The New York Yankees will be trying to open up salary space across the board this off-season to invest in free agency. If they want to sign a player like Yoshinobu Yamamoto and others, they will need flexibility, and there’s a way to achieve that.
Committing to a number of prospects would help them keep costs down and allow them to move on from some expensive players in arbitration.
Pre-arbitration players are earning around $750K per year, opening up the idea of saving millions. The Yankees currently have a projected total payroll of $249.8 million next year after arbitration, which opens up a bit of maneuverability. Let’s take a look at a few players in arbitration they should likely move on from.
Three Yankees who could be DFAs:
The Yankees lost bullpen arm Lou Trivino before the 2023 season even began. At 32 years old, Trivino underwent Tommy John surgery back in early May, but he did look good for the Yankees over a small sample size after being acquired from the Oakland Athletics in the deal that brought Frankie Montas to the Bronx.
Trivino posted a 1.66 ERA across 21.2 innings, but coming off Tommy John surgery and with an expected salary of $4.1 million, the team can likely get better value at a cheaper cost. Considering the team stumbled upon Ian Hamilton, who is just at the beginning of his arbitration process, it is safe to say they can make the $4.1 million go much further.
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Instead of designating catcher Kyle Higashioka for assignment, the Yankees are better off moving him via trade. There must be a team out there that needs to upgrade the position or add more depth.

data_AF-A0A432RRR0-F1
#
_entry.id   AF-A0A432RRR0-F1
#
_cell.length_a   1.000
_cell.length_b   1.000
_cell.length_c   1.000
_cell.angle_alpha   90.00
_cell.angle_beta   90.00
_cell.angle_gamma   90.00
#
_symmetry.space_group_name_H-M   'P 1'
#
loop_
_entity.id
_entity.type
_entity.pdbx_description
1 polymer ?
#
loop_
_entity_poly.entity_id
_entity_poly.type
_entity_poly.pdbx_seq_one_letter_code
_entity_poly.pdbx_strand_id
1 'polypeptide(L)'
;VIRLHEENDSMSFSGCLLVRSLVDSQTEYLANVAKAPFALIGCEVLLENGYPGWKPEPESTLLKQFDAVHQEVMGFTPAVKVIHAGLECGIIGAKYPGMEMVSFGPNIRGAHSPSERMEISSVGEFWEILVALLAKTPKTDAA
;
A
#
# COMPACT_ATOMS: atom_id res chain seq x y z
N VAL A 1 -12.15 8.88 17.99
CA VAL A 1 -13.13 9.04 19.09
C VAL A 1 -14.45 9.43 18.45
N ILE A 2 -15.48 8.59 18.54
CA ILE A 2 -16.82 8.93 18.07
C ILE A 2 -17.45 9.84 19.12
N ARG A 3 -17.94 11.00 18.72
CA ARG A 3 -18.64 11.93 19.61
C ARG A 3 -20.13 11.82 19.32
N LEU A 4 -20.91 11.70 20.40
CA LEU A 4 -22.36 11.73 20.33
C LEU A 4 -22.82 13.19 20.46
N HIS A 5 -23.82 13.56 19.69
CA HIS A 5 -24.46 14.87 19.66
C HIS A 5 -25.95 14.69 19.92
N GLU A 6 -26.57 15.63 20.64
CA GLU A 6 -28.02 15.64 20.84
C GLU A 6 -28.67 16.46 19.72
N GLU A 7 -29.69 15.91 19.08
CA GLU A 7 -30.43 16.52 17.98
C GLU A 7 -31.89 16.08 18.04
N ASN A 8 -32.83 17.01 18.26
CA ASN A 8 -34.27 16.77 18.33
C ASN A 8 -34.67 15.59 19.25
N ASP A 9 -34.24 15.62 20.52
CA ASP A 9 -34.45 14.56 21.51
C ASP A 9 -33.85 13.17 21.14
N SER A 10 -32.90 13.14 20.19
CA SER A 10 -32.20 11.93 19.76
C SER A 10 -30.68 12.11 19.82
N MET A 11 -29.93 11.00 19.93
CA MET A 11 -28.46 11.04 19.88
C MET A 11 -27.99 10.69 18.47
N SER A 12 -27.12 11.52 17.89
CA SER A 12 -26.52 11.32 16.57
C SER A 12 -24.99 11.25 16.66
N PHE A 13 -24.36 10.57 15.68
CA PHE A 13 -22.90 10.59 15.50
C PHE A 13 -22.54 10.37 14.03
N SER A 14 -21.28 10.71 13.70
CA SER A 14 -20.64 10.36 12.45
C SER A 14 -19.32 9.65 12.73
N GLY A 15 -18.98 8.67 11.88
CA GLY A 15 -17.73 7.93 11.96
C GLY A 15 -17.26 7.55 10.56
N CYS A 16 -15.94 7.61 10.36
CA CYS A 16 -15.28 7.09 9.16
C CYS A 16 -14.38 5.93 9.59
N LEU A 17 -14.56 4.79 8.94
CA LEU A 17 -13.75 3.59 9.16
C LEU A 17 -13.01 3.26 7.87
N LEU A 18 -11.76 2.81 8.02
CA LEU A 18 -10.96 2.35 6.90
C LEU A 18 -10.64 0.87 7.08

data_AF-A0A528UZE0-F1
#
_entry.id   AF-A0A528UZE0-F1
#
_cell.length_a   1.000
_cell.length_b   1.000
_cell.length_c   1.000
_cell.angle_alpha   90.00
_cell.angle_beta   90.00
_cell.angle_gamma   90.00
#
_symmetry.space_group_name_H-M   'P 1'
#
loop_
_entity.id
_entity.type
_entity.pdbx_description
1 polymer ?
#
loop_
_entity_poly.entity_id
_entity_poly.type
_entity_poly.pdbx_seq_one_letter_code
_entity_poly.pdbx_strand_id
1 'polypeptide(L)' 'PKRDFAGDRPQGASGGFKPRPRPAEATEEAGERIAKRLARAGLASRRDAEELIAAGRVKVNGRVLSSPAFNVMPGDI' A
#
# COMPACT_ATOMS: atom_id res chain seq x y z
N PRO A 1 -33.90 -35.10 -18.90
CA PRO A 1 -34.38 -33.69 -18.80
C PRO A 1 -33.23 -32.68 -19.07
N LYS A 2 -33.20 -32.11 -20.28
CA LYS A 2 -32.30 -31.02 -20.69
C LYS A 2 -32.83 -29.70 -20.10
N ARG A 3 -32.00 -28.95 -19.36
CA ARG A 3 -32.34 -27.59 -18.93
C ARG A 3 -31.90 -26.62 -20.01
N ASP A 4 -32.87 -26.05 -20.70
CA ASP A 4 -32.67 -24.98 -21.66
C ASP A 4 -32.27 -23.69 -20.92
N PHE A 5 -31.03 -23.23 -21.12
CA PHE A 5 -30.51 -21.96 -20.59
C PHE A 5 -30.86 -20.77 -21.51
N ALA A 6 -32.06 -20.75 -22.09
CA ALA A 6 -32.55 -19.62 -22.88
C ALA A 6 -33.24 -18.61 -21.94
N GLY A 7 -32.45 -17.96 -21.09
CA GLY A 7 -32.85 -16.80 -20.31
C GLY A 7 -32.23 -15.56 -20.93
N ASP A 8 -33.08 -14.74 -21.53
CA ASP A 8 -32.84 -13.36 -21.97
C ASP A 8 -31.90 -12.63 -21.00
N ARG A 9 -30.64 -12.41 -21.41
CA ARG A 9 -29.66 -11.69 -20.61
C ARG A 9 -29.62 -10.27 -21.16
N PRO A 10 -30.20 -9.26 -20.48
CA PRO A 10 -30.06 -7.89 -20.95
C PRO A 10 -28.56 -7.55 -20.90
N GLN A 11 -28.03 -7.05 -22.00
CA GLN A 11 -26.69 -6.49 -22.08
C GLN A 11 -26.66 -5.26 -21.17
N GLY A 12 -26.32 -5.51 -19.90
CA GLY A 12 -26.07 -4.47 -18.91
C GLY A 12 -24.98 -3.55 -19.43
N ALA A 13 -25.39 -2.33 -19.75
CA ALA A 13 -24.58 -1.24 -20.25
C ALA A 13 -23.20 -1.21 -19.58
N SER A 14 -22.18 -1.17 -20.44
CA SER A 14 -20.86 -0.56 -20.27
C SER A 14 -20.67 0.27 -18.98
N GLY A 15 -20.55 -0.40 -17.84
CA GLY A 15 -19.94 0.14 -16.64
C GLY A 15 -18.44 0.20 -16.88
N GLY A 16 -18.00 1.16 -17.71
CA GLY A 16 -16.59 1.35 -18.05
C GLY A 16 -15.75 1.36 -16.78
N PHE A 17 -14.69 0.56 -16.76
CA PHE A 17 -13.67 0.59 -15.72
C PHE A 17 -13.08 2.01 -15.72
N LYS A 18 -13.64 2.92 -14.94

At the very least, Higashioka fits the bill perfectly for a competent starter. At 33 years old, Kyle is entering the final year of arbitration and is set to earn $2.3 million, but the Yankees are starting to transition toward Austin Wells, which saves them a substantial amount of cash.
Higashioka hit .237 with a .274 OBP, including 10 homers and 34 RBIs this past season over 92 games. He posted several above-average defensive metrics behind the dish, indicating that he can be a valuable piece for another club. Getting a prospect in return would be more than enough, and the Yankees should be scouring the trade market for opportunities.
One player we can guarantee won’t be here any longer is Franchy Cordero. Cordero is set to earn $1.6 million and struggled considerably this past season in the MLB.
At 29 years old, Cordero hit .188 with a .211 OBP, including six homers and 13 RBIs across 24 games. He was excellent with Triple-A, hitting .288 with a .403 OBP, but his metrics simply didn’t transition to the majors. Saving that cash and finding a decent bullpen arm or stockpiling it for a star talent should be an easy decision for the Yankees brass.